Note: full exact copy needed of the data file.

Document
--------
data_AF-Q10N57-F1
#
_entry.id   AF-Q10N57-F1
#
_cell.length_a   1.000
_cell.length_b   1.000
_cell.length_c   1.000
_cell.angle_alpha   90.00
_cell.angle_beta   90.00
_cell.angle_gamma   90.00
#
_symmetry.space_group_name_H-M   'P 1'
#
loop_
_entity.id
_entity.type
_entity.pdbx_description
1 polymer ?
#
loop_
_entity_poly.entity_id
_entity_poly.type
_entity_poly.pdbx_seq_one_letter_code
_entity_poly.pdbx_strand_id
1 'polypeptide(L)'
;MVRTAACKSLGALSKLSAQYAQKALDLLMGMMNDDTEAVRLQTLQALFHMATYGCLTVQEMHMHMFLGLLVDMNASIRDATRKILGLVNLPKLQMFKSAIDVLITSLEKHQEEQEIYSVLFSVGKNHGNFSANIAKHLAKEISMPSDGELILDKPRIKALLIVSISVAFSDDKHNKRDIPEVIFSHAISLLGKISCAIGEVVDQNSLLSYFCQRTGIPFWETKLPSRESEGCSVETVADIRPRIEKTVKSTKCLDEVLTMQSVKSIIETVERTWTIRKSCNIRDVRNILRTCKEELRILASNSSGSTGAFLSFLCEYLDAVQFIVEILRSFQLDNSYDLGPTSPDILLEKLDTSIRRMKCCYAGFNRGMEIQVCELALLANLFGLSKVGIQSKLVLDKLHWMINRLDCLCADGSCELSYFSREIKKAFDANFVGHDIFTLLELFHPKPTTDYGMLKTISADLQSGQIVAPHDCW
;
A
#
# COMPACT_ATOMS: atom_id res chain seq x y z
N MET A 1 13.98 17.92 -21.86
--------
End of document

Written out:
data_AF-Q10N57-F1
#
_entry.id   AF-Q10N57-F1
#
_cell.length_a   1.000
_cell.length_b   1.000
_cell.length_c   1.000
_cell.angle_alpha   90.00
_cell.angle_beta   90.00
_cell.angle_gamma   90.00
#
_symmetry.space_group_name_H-M   'P 1'
#
loop_
_entity.id
_entity.type
_entity.pdbx_description
1 polymer ?
#
loop_
_entity_poly.entity_id
_entity_poly.type
_entity_poly.pdbx_seq_one_letter_code
_entity_poly.pdbx_strand_id
1 'polypeptide(L)'
;MVRTAACKSLGALSKLSAQYAQKALDLLMGMMNDDTEAVRLQTLQALFHMATYGCLTVQEMHMHMFLGLLVDMNASIRDATRKILGLVNLPKLQMFKSAIDVLITSLEKHQEEQEIYSVLFSVGKNHGNFSANIAKHLAKEISMPSDGELILDKPRIKALLIVSISVAFSDDKHNKRDIPEVIFSHAISLLGKISCAIGEVVDQNSLLSYFCQRTGIPFWETKLPSRESEGCSVETVADIRPRIEKTVKSTKCLDEVLTMQSVKSIIETVERTWTIRKSCNIRDVRNILRTCKEELRILASNSSGSTGAFLSFLCEYLDAVQFIVEILRSFQLDNSYDLGPTSPDILLEKLDTSIRRMKCCYAGFNRGMEIQVCELALLANLFGLSKVGIQSKLVLDKLHWMINRLDCLCADGSCELSYFSREIKKAFDANFVGHDIFTLLELFHPKPTTDYGMLKTISADLQSGQIVAPHDCW
;
A
#
# COMPACT_ATOMS: atom_id res chain seq x y z
N MET A 1 13.98 17.92 -21.86